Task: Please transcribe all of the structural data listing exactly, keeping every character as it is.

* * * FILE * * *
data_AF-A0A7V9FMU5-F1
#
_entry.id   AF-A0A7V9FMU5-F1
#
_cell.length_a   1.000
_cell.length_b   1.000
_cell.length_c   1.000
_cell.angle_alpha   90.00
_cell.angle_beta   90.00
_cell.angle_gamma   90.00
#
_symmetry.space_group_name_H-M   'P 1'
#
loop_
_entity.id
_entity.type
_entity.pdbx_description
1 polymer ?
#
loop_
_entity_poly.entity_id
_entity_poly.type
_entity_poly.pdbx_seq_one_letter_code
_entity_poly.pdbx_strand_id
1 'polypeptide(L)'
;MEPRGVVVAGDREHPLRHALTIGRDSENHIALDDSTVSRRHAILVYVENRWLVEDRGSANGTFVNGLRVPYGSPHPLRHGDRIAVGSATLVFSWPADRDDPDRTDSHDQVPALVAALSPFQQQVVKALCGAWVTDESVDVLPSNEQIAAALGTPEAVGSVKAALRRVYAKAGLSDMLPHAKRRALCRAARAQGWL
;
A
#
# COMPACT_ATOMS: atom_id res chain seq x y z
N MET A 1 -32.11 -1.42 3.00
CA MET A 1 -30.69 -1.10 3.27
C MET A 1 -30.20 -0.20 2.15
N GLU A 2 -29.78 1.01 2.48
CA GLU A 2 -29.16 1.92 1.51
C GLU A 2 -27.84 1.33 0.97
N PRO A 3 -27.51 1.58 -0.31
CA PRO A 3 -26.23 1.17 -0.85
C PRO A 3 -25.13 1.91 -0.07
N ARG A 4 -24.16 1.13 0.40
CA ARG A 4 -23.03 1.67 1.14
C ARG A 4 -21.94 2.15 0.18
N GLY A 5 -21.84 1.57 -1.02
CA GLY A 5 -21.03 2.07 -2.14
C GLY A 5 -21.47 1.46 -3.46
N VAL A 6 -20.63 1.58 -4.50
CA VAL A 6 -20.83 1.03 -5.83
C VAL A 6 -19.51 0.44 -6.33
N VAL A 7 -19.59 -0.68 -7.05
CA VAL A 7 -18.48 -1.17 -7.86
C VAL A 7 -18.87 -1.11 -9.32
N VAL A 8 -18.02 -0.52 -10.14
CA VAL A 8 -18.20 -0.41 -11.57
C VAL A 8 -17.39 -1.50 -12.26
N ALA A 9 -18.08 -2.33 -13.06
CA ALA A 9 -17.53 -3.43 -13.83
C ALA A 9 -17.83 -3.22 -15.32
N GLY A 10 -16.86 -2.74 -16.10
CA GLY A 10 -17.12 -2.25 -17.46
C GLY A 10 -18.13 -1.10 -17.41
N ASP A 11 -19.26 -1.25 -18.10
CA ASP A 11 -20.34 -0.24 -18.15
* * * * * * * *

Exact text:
data_AF-A0A7V9FMU5-F1
#
_entry.id   AF-A0A7V9FMU5-F1
#
_cell.length_a   1.000
_cell.length_b   1.000
_cell.length_c   1.000
_cell.angle_alpha   90.00
_cell.angle_beta   90.00
_cell.angle_gamma   90.00
#
_symmetry.space_group_name_H-M   'P 1'
#
loop_
_entity.id
_entity.type
_entity.pdbx_description
1 polymer ?
#
loop_
_entity_poly.entity_id
_entity_poly.type
_entity_poly.pdbx_seq_one_letter_code
_entity_poly.pdbx_strand_id
1 'polypeptide(L)'
;MEPRGVVVAGDREHPLRHALTIGRDSENHIALDDSTVSRRHAILVYVENRWLVEDRGSANGTFVNGLRVPYGSPHPLRHGDRIAVGSATLVFSWPADRDDPDRTDSHDQVPALVAALSPFQQQVVKALCGAWVTDESVDVLPSNEQIAAALGTPEAVGSVKAALRRVYAKAGLSDMLPHAKRRALCRAARAQGWL
;
A
#
# COMPACT_ATOMS: atom_id res chain seq x y z
N MET A 1 -32.11 -1.42 3.00
CA MET A 1 -30.69 -1.10 3.27
C MET A 1 -30.20 -0.20 2.15
N GLU A 2 -29.78 1.01 2.48
CA GLU A 2 -29.16 1.92 1.51
C GLU A 2 -27.84 1.33 0.97
N PRO A 3 -27.51 1.58 -0.31
CA PRO A 3 -26.23 1.17 -0.85
C PRO A 3 -25.13 1.91 -0.07
N ARG A 4 -24.16 1.13 0.40
CA ARG A 4 -23.03 1.67 1.14
C ARG A 4 -21.94 2.15 0.18
N GLY A 5 -21.84 1.57 -1.02
CA GLY A 5 -21.03 2.07 -2.14
C GLY A 5 -21.47 1.46 -3.46
N VAL A 6 -20.63 1.58 -4.50
CA VAL A 6 -20.83 1.03 -5.83
C VAL A 6 -19.51 0.44 -6.33
N VAL A 7 -19.59 -0.68 -7.05
CA VAL A 7 -18.48 -1.17 -7.86
C VAL A 7 -18.87 -1.11 -9.32
N VAL A 8 -18.02 -0.52 -10.14
CA VAL A 8 -18.20 -0.41 -11.57
C VAL A 8 -17.39 -1.50 -12.26
N ALA A 9 -18.08 -2.33 -13.06
CA ALA A 9 -17.53 -3.43 -13.83
C ALA A 9 -17.83 -3.22 -15.32
N GLY A 10 -16.86 -2.74 -16.10
CA GLY A 10 -17.12 -2.25 -17.46
C GLY A 10 -18.13 -1.10 -17.41
N ASP A 11 -19.26 -1.25 -18.10
CA ASP A 11 -20.34 -0.24 -18.15